I would affirm the convictions except as to Brading on the
substantive counts. To convict on the substantive counts, the
petitioners must have actually used the mails to transport the
check from El Paso to Los Angeles. The use may be proved by direct
or circumstantial evidence, but it must be proved. Brading must
have used, or must have known or from the facts and circumstances
be reasonably expected to have known, that Pereira actually
Page 347 U. S. 14
would use the mails. United States v. Peoni,
401, 402. To be guilty of the conspiracy, Brading had only to
reasonably anticipate that Pereira might use the mails, and if he
did subsequently use them, then Brading is bound.
The elements of the offense under the Mail Fraud statute are (1)
a scheme to defraud which (2) reasonably contemplates the use of
the mails, and (3) use of the mails in furtherance of the plan. The
National Stolen Property Act is violated if (1) one transports
securities or money of the value of $5,000 or more in interstate
commerce and (2) does so knowing they have been taken by fraud.
Concededly, Brading did not participate directly in the use of
the mails to transport the thirty-five thousand dollar check from
El Paso to Los Angeles. He can be convicted, if at all, only as an
aider and abettor. Nye & Nissen v. United States,
336 U. S. 613
336 U. S. 618
There is no evidence to establish that he could reasonably have
expected that the mails would be used in carrying out the
Three financial transactions are mentioned by the Court in its
opinion. First, the $5,000 transaction. That all took place in
Roswell, New Mexico, where Mrs. Joyce cashed a check on a Roswell
bank and gave the proceeds to Pereira. No federal offense there.
The Cadillac transaction was liquidated by a check received from
Los Angeles by Mrs. Joyce and turned over to Pereira, who cashed it
in Kansas City, Missouri. Brading was not shown to have known where
this money came from, and, more important, it was not proved that
that check was mailed, as was done in the case of the third check,
Mrs. Joyce arranged for this check, the only transaction upon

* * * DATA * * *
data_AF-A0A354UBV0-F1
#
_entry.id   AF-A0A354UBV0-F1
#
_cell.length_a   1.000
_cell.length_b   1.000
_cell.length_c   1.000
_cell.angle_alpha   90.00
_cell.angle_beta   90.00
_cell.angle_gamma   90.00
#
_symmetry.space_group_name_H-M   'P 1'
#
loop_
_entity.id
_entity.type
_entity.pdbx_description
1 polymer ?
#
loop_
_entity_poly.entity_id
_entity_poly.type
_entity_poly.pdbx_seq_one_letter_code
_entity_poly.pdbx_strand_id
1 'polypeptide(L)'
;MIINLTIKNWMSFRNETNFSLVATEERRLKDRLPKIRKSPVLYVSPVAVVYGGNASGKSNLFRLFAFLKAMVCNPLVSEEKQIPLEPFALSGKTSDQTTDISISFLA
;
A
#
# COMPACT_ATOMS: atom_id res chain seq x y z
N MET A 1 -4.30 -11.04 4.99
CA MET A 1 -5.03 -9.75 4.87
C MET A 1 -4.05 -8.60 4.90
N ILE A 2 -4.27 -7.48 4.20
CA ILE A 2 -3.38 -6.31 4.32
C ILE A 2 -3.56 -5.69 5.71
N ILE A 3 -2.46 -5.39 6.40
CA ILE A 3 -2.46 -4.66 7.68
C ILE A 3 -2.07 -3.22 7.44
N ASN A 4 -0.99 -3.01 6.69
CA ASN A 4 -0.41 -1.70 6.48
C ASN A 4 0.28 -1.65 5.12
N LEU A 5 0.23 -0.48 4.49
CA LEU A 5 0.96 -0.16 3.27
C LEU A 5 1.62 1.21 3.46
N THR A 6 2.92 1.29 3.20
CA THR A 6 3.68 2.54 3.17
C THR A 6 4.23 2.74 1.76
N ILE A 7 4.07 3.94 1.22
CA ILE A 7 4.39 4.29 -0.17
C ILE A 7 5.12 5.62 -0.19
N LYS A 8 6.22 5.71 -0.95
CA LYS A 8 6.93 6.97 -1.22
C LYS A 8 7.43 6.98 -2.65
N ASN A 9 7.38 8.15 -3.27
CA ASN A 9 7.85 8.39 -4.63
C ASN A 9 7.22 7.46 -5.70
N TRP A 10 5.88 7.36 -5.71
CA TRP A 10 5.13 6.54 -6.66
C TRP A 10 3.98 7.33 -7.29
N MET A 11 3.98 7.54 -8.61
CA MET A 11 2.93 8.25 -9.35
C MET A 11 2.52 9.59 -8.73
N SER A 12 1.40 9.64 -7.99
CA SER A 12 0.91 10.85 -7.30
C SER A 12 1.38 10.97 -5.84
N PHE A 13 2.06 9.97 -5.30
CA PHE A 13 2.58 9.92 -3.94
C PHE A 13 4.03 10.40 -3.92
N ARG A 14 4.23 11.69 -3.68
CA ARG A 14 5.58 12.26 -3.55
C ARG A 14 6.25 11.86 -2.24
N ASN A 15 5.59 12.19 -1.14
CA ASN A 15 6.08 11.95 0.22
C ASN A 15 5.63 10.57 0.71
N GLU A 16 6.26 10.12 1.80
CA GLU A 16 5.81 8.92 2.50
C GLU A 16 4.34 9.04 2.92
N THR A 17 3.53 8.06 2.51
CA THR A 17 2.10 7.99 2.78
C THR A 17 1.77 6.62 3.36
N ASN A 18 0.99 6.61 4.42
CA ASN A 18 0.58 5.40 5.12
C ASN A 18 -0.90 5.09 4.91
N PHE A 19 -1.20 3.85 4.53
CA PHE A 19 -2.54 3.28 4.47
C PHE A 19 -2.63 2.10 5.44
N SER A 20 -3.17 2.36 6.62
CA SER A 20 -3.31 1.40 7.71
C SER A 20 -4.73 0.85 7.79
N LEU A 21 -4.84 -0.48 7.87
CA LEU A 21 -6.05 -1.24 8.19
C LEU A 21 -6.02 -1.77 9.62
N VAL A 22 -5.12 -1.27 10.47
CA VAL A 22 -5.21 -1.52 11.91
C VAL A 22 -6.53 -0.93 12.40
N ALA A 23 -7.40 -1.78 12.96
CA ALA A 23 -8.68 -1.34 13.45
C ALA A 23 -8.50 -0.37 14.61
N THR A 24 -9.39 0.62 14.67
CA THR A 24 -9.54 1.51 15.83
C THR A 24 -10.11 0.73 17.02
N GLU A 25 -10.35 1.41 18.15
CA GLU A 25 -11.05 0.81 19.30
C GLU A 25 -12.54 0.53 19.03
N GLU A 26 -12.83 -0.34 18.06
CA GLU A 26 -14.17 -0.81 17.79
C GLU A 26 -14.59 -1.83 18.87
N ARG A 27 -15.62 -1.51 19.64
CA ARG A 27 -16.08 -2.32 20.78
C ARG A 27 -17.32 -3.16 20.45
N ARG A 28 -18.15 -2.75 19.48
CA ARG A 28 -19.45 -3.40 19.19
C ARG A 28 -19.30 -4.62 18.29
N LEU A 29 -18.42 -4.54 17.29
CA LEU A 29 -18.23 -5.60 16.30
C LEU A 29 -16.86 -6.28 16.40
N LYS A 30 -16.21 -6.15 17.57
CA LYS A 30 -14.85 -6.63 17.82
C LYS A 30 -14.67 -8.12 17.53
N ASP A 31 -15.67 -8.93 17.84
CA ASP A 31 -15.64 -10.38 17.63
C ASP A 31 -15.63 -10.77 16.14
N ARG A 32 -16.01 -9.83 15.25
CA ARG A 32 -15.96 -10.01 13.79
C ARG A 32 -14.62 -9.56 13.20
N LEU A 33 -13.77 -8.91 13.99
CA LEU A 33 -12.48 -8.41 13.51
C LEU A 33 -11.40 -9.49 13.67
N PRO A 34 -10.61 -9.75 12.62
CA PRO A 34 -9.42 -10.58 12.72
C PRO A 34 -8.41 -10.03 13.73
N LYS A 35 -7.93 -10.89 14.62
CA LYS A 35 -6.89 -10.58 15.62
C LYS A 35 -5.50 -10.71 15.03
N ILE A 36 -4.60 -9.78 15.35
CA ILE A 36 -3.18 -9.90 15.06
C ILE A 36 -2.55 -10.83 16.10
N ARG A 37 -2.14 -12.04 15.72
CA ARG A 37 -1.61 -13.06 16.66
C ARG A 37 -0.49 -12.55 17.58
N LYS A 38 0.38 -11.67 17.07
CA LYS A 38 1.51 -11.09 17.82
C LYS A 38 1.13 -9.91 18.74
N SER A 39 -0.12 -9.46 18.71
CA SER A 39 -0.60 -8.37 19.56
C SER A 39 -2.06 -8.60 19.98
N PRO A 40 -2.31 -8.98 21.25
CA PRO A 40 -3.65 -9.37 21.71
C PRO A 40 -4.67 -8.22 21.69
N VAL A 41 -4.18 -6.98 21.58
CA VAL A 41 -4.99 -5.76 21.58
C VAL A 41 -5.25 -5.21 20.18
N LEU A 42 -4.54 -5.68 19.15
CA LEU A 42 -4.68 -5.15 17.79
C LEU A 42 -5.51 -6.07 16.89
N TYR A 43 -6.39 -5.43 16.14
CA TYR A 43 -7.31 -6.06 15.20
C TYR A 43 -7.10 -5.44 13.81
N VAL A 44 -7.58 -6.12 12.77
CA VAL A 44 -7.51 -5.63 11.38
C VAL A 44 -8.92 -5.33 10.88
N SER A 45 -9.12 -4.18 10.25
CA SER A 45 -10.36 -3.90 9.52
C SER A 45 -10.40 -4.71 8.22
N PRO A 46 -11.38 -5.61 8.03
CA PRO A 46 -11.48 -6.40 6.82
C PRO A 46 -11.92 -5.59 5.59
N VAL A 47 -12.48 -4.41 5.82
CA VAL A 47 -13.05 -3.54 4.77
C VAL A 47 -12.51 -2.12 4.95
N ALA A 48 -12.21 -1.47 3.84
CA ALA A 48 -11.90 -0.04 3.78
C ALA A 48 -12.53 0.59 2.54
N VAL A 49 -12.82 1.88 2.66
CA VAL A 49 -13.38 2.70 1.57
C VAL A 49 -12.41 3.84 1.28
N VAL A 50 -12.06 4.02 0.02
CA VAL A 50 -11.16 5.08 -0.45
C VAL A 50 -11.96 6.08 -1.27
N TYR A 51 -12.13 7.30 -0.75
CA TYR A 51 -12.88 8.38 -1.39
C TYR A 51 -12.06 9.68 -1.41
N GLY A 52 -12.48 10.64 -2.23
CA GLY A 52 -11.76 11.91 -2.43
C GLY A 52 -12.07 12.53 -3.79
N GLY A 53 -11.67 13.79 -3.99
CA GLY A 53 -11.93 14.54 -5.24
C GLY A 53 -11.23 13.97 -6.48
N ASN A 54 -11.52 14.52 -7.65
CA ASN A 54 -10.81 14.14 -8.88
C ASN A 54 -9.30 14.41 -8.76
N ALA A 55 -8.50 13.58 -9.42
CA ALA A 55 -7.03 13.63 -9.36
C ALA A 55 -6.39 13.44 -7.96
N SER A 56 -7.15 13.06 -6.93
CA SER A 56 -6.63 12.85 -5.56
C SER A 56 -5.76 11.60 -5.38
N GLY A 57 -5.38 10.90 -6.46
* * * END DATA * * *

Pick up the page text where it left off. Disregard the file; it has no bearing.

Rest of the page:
which the convictions are based, by selling securities in Los
Angeles. She received the check and
Page 347 U. S. 15
turned it over to Pereira in Roswell, New Mexico, from whence he
took it to El Paso, and there, on June 15, 1951, after securing
Mrs. Joyce's endorsement, caused it to be sent through the mails
for collection. The evidence does not show where Brading was at the
time these events occurred. He next appeared at Mrs. Joyce's home
in Roswell after the completion of the acts constituting the
federal crimes, and, on June 19, 1951, left with Pereira,
ostensibly to see about some oil leases in Texas. The same day,
Pereira collected the money at the El Paso bank. There is no direct
evidence that Brading actually knew or had reason to believe that a
check would be received or that the check would be drawn on an
out-of-town bank, necessitating its being placed in the mails for
Lacking such proof, an important element of each crime charged,
namely, that Brading had reason to foresee the use of the mails or
interstate commerce, has not been established. It is true that the
use of the mails need not have been originally intended as a part
of the plan, but its use must have been a natural, reasonably
foreseeable means of executing the plan. Brading might well have
assumed that cash would be given to Pereira, or, if a check, one
drawn on a local bank.
It may well be reasonable to infer that one receiving a check
drawn on an out-of-town bank would know that it would be mailed in
the process of collection, but to that inference must be added the
inference that Brading had reason to know that a check would be
received, and also that the check would be on an out-of-town bank.
This is piling inference upon inference, in the absence of direct
proof. In short, this is simply guessing Brading into the federal
penitentiary. It may be good guessing, but it is not proof.
Brading is clearly an aider and abettor of the scheme to
defraud, which a State may punish, but is he an aider
Page 347 U. S. 16
and abettor of the federal offenses of using the mails to
defraud and causing the fraudulent check to be carried across state
lines? I think not, unless we are willing to say that aiding and
abetting the scheme to defraud is aiding and abetting any means
used for the consummation of the fraud. Brading must aid and abet
the federal crimes, not just the fraudulent scheme. There is not a
scintilla of evidence that Brading aided and abetted anything more
than the scheme to get the money from Mrs. Joyce.
In Bollenbach v. United States, 326 U.
, the defendant was charged with transporting
securities in interstate commerce knowing them to have been stolen,
and with conspiracy to commit the offense. He was convicted of
conspiracy. The court had instructed the jury that possession of
the securities by the defendant in New York soon after their theft
in Minnesota was sufficient to warrant the jury in finding that the
defendant knew the securities had been stolen, and this would
support the further "presumption" that the defendant was the thief
and transported the securities in interstate commerce. This Court
set the conviction aside. The latter inference was said to be
In this case, I think it untenable to infer that Brading had
reason to know that Pereira would get a foreign check that must be
sent through the mails and in its handling must be carried across
state lines, thereby making out the federal crimes. It is untenable
because it is unreasonable to infer one or more facts from the
inference of another fact. Looney v. Metropolitan R. Co.,
200 U. S. 480
200 U. S. 488
United States v. Ross, 92 U. S. 281